In U.S. v. Cruickshank, No. 14-13754 (Sept. 20, 2016), the Court affirmed convictions for drug trafficking on the high seas, in violation of 46 U.S.C. § 70503. The Court held that its precedent in U.S. v. Campbell foreclosed a challenge to the constitutionality of the statute. The Court also rejected a challenge to the sufficiency of the evidence, finding that the evasive maneuvers of the vessel while being followed by a Coast Guard helicopter, and other evidence, sufficed. The Court also rejected the defense challenge to the district court’s reliance, for jurisdictional purposes, on a State Department certification that Jamaica had not accepted a claim of nationality for the vessel. The Court noted that under the statute, jurisdiction was not an element of the offense. The Confrontation Clause was therefore not implicated by the admission in evidence of the State Department certification. Turning to sentencing, the Court reviewed the district court’s denial of a “minor role” Guideline sentence reduction in light of the amendments to this Guideline that took effect in November 2015, amendments that clarified the meaning of this Guideline. The Court noted that the district court stated that the quantity of cocaine being transported was so large that no participant in the scheme could have been eligible for a minor role reduction. However, in light of the Court’s precedent in U.S. v. DeVaron, and the factors identified in the amended Guideline, it was legal error for the district court to say that drug quantity could be the only factor to be considered. The Court noted that Cruickshank did not load the drugs on the vessel, reconstruct the vessel, fuel the vessel, attend the planning meetings for the trip, or otherwise appear to have any role concerning the quantity of drugs involved. The Court therefore vacated the minor role reduction denial, and vacated the case for the district court to consider “the totality of the circumstances.”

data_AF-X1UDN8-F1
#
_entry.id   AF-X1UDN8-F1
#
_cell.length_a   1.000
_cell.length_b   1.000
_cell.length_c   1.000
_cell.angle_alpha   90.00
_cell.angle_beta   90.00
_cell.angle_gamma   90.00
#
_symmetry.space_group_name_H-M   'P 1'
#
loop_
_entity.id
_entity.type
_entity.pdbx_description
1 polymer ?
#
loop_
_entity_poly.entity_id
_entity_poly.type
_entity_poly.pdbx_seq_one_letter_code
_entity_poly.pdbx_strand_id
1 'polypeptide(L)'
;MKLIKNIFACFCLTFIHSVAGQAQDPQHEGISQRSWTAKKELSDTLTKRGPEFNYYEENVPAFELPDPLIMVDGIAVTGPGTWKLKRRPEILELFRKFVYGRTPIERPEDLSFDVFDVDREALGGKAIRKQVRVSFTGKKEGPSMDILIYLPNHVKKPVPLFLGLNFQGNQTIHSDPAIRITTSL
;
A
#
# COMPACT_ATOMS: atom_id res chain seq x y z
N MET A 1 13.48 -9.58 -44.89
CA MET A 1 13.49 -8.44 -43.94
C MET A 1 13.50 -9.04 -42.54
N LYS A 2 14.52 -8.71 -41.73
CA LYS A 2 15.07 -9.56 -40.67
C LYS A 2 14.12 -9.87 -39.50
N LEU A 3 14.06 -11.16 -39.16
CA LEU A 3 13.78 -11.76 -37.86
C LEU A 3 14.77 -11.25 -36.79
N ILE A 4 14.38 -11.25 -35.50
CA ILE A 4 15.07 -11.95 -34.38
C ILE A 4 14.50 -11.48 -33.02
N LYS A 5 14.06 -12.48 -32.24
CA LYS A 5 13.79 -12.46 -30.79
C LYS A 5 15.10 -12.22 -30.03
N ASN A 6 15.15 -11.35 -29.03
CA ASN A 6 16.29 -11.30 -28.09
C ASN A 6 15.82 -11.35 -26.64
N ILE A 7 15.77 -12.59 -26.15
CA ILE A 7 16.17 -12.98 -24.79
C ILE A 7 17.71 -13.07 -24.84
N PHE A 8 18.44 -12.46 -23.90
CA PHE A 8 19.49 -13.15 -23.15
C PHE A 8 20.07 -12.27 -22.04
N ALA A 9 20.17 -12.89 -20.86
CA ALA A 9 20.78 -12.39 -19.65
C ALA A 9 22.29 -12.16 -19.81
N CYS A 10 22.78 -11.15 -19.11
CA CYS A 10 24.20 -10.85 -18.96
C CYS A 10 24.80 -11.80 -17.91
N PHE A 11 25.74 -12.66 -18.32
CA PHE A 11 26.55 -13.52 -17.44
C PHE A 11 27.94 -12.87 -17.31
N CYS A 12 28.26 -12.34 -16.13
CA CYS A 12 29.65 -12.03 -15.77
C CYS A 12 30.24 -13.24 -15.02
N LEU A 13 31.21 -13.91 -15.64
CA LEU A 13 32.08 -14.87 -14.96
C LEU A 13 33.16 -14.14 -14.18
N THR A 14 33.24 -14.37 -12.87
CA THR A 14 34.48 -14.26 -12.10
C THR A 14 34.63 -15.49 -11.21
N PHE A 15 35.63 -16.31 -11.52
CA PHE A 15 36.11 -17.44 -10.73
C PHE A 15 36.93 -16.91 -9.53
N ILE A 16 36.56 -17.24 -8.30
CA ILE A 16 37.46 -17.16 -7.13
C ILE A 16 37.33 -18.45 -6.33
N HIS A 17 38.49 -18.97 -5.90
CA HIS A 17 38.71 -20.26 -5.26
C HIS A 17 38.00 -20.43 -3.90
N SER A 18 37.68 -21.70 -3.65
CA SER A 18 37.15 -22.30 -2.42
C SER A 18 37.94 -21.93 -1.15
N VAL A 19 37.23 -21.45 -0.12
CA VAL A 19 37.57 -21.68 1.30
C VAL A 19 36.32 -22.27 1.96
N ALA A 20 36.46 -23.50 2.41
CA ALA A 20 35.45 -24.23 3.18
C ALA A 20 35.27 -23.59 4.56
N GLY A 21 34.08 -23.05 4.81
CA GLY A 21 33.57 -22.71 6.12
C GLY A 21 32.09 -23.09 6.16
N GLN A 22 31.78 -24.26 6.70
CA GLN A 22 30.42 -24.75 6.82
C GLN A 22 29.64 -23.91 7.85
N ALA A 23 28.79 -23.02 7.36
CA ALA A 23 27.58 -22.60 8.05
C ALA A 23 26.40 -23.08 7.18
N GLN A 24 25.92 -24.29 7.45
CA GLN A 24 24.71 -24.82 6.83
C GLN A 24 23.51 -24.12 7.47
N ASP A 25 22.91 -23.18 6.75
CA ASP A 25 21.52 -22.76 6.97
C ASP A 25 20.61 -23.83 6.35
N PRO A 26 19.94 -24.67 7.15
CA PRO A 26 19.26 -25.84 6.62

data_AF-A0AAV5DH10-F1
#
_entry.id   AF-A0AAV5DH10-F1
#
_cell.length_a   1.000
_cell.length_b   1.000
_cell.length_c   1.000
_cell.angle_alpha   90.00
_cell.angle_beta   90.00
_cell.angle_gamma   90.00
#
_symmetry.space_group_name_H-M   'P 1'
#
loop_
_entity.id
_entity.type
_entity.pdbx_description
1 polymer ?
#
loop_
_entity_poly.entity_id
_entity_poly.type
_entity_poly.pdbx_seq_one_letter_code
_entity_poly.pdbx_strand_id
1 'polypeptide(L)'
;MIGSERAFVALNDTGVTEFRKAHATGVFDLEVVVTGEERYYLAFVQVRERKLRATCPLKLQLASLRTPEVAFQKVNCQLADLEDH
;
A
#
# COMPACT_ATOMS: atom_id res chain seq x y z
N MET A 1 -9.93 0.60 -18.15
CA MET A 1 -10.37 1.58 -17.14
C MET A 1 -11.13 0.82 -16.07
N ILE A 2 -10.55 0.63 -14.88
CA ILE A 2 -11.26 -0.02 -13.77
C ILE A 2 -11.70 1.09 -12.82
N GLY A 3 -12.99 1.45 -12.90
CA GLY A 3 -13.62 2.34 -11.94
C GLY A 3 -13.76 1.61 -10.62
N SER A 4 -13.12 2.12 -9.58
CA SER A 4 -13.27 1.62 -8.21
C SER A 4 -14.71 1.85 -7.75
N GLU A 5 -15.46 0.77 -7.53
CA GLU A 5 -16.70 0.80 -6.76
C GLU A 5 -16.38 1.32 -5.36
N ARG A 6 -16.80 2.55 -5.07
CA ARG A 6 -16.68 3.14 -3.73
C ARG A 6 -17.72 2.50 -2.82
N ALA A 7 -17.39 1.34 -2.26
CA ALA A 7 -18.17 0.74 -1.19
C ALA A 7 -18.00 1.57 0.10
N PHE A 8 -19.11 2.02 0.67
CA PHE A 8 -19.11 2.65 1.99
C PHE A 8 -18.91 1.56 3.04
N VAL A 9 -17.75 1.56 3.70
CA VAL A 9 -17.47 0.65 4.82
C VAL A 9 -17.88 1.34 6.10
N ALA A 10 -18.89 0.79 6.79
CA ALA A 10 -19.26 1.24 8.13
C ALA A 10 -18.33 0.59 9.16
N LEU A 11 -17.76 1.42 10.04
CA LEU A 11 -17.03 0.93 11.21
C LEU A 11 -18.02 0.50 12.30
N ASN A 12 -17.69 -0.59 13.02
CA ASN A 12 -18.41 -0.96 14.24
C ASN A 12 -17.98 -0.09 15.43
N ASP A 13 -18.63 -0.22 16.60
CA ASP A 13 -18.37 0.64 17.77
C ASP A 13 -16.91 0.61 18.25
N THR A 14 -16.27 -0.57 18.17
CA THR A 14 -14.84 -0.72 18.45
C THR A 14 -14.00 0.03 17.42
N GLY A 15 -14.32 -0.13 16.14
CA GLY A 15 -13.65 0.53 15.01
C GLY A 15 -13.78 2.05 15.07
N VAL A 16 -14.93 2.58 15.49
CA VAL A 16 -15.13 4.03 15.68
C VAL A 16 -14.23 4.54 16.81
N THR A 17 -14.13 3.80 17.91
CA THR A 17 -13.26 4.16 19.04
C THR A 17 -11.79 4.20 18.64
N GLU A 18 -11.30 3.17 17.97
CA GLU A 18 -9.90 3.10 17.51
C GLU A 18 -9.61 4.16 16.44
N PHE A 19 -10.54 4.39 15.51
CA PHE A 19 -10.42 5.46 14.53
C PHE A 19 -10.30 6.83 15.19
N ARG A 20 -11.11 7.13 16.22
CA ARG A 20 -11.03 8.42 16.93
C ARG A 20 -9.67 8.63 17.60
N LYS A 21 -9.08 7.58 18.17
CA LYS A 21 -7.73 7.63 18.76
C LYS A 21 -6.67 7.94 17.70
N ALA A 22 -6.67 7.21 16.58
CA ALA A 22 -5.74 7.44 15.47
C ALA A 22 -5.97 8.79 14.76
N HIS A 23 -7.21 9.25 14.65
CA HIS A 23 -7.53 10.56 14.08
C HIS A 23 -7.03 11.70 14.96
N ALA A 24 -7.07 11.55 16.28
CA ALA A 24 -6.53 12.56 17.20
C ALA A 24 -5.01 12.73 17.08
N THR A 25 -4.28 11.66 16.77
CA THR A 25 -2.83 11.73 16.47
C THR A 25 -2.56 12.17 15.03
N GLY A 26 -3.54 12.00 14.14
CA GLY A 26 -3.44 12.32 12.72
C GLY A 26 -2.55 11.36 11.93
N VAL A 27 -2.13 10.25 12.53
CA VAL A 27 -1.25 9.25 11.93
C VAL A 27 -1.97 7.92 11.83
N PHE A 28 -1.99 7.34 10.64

In Sullivan v. Sec., Fla. Dep’t of Corrections, No. 15-13993 (Sept. 20, 2016), the Court affirmed the grant of habeas relief to a Florida inmate who claimed that post-conviction counsel was ineffective for failing to investigate a claim that trial counsel was ineffective in counseling Sullivan to reject a 7-year plea offer and to go to trial on an voluntary intoxication defense, when voluntary intoxication was no longer a valid defense under Florida law, and Sullivan, a habitual offender, received a 30-year sentence. The failure to investigate was objectively unreasonable. Had post-conviction counsel investigated, he would have learned about the 7-year plea offer, and would have determined that it was ineffective advice to rely on a defense that had been abolished years earlier.
In U.S. v. Difalco, No. 15-14763 (Sept. 20, 2016), the Court, reversing Circuit precedents, held that the failure of the government to file a notice of prior conviction, as required by 21 U.S.C. § 851, is not a jurisdictional defect. “Section 851 is essentially a claims-processing rule that has no impact on the district court’s subject-matter jurisdiction.” Therefore, the notice requirement of Section 851 is subject to waiver. Difalco’s plea agreement contained an appeal waiver. This waiver knowingly waived Difalco’s right to challenge a § 851 defect in his sentence. Moreover, even if the waiver was not knowing, there was no defect that gave rise to “plain error.” Though the government’s § 851 notice was “hardly a model to be emulated by prosecutors in future cases,” the “scrivener’s errors” it contained did not result in Difalco not being put on notice of the prior conviction upon which the government was relying. Nor did the district court’s statements at sentencing – at which it varied downward below the Guideline range – indicate that Difalco’s sentence was affected by any error. The Court also rejected the argument that the Magistrate Judge committed error during its Rule 11 colloquy, finding that Difalco was informed of the mandatory minimum punishment on account of his prior felony convictions.